Jim Cramer: The President's Strategy as 'Manufacturer in Chief'

 | Jul 11, 2018 | 2:24 PM EDT
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President Donald Trump on Wednesday slammed Germany as being captive to Russia, paying billions of dollars to Moscow instead of its NATO dues so it can get a safe source of natural gas.

Now this isn't fake news. Germany spends about half of what it is supposed to spend to fund NATO, according to 2016 figures. Countries are expected to contribute 2% of the GDP on defense. Germany spent 1.19%; the U.S. spent more than three times that amount.

The president's been trying to withdraw from the role of playing the world's policeman. He's got a point that NATO's meant to check Russia not help it so the natural gas pipeline from Russia does make the country more hostage than most, particularly because it's phasing out both coal and nuclear power plants.

But sometimes I wonder if Trump isn't also playing the role of Manufacturer in Chief because if you are going to spend more of your GDP on defense, those orders are more than likely to go to Lockheed Martin (LMT) , Northrop Grumman (NOC) , Raytheon (RTN) and General Dynamics (GD) . How easy it would be to appease the president -- I know that's terrible word but it's Germany that would do the appeasing -- by putting in an order for Raytheon's Global Patriot Solutions unit for missiles. Perhaps the president would be happy with a huge order for the Abrams tanks made by General Dynamics. Lockheed Martin's ready with as many F-35 joint strike fighters. We saw how important that plane is to the Pratt & Whitney division of United Technologies when we went to a plant that makes them a few years ago.

But it doesn't have to be just with munitions. Germany could wean itself off of Russian natural gas if it were to simply place orders for North American LNG, an export market we have created that is really taking off.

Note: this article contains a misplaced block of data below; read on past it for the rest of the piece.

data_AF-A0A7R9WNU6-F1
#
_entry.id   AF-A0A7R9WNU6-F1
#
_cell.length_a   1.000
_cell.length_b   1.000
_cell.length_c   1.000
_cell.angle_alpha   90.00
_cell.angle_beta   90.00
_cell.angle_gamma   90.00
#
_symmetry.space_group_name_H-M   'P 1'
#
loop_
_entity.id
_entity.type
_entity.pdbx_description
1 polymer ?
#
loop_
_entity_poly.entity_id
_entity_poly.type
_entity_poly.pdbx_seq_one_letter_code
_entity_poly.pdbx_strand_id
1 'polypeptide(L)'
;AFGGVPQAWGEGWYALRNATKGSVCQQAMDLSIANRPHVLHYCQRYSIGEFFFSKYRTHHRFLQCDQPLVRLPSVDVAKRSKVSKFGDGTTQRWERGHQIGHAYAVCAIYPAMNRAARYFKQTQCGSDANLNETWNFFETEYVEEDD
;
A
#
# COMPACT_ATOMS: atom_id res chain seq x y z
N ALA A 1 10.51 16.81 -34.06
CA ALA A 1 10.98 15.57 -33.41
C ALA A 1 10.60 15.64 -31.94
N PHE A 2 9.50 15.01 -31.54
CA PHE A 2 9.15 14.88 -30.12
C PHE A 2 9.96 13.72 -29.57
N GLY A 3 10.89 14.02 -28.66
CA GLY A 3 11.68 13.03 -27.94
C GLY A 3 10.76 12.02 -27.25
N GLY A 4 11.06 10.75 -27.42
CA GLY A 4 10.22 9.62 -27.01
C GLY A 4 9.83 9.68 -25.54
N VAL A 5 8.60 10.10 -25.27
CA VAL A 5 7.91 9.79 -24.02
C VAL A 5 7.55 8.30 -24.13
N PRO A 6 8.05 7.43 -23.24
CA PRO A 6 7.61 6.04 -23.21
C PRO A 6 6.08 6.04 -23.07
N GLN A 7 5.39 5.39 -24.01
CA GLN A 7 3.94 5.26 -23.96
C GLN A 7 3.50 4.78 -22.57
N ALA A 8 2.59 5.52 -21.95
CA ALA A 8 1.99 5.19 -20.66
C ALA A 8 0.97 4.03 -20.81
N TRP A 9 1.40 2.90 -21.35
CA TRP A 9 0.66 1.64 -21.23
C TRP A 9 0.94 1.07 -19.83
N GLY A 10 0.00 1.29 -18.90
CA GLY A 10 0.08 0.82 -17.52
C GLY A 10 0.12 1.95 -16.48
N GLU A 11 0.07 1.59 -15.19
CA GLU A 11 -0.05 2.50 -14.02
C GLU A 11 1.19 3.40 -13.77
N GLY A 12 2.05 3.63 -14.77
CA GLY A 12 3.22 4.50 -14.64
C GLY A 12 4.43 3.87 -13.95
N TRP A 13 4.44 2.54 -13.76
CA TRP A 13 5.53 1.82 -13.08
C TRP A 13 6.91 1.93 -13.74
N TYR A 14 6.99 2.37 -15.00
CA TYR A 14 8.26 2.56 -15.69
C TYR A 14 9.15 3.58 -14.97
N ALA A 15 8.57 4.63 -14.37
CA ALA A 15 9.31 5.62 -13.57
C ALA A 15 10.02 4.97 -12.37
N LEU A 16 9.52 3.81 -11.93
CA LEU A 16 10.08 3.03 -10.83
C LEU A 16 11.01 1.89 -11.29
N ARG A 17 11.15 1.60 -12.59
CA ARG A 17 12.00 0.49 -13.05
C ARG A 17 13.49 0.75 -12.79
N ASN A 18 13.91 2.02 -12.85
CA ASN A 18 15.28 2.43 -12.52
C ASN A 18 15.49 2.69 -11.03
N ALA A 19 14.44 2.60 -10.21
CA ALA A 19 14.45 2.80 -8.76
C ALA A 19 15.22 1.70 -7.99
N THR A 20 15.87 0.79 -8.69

We are familiar with this business because we have long been a follower of the work of Charif Soukhi, the man who virtually created this market when he had a vision that the U.S. would become a natural gas powerhouse and he could build facilities to export it. While he no longer runs it, his brainchild, Cheniere Energy, is our nation's largest exporter and it along with Dominion Energy's Cove Point have become major forces in supplying the world with liquefied natural gas.

Soukhi, who is now the chairman of Tellurian, a company with ambitions to be our biggest exporter, although it is still at an early stage, informs me that this trend is in its infancy and, just today the CME announced that it will start quoting a Gulf Coast price to facilitate trading in the fuel.

There's only one issue. Even as we are flaring more natural gas than we use, even as we are now the world's low cost producer because we have so much of it, all of the facilities are sold out, mostly to Mexico but then to South Korea followed by China. Yep, the same China that we are so concerned has the upper hand in all trade negotiations. As Soukhi told me "the European players need to actively pursue U.S. opportunities to compete with Asian demand."

Yep, I am giving Germany a path to get out of the hostage situation. Just place a lot of orders with American companies.

Look, I am not about geopolitics. But I am about stocks. There's a way to profit from the rhetoric. It's just that Germany's stubborn. They want to sell us cars but they seem to not want what we have to offer. Who knows? Maybe today's tough talk will make a difference. Either way, longer term our defense and LNG industries are winners and it's not to late to buy stocks in either.

In fact, judging by the vociferous nature of our president's strident tone, it's early.

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